See for yourself here

(Make note of his sweet moustache)

If you have credit card debt, if December hit your budget hard, or if you don’t have as much in savings as you like, January is the perfect month to try a fiscal fast of your own. Typically these fasts last one week and include refraining from buying groceries and gas. Pay all of your bills but cut down your usage as much as you can by turning off lights, taking shorter showers and putting your newspaper on vacation hold. Also, skip your morning coffee and bring your lunch from home. It will take sacrifice, planning and some dedication but your budget will thank you.

You can also boost your budget by picking up temporary work or selling items around the house. Give blood, offer to shovel someone’s driveway, advertise as a maid on or sell last semesters textbooks. I’ve posted all of mine on amazon and last week and have already sold two books and made $230.

I’ve decided that I’m going to do a fiscal fast for the whole month of January. It is a little bit harder to not spend money for an entire month and I will still purchase gas, fresh fruits, vegetables and milk but I am limiting my total spending to $50. I won’t be taking unnecessary trips to save gas and I’m still going to clean out my pantry and freezer, but not sacrificing healthy foods either. The hardest thing for me will be not spending money on clothes, not eating out and no impulse shopping at the grocery store but it will all be worth it!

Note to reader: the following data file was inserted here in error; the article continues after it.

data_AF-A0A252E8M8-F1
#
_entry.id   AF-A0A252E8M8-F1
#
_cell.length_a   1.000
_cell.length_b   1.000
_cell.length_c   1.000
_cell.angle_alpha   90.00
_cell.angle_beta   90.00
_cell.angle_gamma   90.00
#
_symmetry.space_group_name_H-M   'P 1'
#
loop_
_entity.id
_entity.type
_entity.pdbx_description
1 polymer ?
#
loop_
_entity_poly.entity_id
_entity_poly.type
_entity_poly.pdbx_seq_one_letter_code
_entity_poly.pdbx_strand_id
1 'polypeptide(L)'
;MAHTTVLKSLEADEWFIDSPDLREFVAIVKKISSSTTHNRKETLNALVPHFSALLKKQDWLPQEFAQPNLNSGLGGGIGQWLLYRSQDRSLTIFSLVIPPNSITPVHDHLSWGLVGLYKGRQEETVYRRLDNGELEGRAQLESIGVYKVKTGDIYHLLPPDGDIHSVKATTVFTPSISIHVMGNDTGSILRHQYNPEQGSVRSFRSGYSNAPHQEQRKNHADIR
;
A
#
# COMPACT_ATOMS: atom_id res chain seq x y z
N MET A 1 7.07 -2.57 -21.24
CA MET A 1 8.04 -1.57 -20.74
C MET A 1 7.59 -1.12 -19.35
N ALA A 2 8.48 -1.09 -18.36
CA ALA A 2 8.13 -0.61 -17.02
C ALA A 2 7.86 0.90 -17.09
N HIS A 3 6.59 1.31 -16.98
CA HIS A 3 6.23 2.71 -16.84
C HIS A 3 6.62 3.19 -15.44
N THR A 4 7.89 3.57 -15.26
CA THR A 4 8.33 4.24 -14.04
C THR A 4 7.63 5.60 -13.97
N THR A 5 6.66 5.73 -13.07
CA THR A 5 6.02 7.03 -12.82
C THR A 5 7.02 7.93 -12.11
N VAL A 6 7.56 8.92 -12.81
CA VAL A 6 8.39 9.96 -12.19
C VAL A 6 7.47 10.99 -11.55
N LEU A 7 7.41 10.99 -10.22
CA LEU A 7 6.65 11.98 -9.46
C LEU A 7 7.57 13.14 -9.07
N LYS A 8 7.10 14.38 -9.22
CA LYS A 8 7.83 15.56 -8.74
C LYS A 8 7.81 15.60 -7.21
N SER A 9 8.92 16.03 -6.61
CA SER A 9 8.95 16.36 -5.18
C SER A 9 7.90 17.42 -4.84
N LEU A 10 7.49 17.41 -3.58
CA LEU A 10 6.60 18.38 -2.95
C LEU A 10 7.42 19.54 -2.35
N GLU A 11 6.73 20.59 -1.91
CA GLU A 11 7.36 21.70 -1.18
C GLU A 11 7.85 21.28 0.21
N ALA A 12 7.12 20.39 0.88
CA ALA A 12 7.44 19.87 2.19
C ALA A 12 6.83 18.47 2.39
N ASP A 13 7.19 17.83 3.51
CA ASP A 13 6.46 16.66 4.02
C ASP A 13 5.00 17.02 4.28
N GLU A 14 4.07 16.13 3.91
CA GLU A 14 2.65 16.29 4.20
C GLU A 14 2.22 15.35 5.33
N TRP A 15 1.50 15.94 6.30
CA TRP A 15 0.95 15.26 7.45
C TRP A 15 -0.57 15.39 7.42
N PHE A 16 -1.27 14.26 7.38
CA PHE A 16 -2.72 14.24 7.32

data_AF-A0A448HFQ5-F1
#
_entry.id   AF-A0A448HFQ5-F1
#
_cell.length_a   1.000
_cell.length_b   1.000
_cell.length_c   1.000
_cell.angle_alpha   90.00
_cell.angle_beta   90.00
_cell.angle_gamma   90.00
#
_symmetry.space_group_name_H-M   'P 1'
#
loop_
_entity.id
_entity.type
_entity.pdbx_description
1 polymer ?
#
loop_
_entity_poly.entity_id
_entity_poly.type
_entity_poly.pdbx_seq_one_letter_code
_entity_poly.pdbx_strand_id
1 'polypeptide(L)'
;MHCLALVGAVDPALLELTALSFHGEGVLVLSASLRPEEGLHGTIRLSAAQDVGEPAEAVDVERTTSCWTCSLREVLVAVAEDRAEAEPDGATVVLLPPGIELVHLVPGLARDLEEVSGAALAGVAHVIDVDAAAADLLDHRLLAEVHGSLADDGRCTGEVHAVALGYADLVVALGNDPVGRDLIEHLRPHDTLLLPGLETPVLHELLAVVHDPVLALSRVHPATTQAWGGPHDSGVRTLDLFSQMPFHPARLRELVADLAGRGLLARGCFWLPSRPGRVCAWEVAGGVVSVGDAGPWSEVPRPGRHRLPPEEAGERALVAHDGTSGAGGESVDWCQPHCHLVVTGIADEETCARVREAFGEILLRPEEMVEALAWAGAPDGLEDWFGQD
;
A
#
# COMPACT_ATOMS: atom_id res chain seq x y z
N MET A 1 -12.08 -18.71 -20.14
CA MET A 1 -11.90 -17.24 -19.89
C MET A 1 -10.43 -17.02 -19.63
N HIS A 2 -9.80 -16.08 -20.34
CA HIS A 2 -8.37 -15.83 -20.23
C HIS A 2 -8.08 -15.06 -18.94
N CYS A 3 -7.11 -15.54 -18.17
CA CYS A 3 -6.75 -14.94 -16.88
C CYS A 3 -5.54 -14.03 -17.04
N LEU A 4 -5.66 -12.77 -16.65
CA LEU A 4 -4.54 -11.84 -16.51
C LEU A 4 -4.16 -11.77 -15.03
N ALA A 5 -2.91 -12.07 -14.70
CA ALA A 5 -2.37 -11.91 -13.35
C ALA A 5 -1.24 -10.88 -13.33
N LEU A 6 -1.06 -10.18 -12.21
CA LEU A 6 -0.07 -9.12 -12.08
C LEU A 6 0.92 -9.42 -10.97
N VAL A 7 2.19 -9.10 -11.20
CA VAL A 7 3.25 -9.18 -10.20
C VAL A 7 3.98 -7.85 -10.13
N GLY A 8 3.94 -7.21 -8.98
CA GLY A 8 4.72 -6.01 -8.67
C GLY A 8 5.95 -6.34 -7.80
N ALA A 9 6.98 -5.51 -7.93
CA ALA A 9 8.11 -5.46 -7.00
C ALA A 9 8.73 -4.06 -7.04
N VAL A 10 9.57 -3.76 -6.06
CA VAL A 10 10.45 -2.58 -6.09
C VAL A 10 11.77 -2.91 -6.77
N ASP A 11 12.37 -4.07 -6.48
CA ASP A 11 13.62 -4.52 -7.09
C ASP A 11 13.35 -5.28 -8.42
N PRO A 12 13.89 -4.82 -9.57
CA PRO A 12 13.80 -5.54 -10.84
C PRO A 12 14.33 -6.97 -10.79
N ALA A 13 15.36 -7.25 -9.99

The most important part of a fiscal fast is to set a goal that will motivate you to stick to your fast. I plan to pay off my credit card in full this month which I am very excited about. For you, you might need to plan a special night out after you reach your savings goal to motivated you or save your money for a Spring break vacation. Whatever your goal is, write it down on a post it note and stick it to the cash in your wallet, your credit card or your computer so you remember when you are tempted to spend money.


You too can do a fiscal fast and we believe in you! Good luck and feel free to share your experience with us on our blog and on Facebook!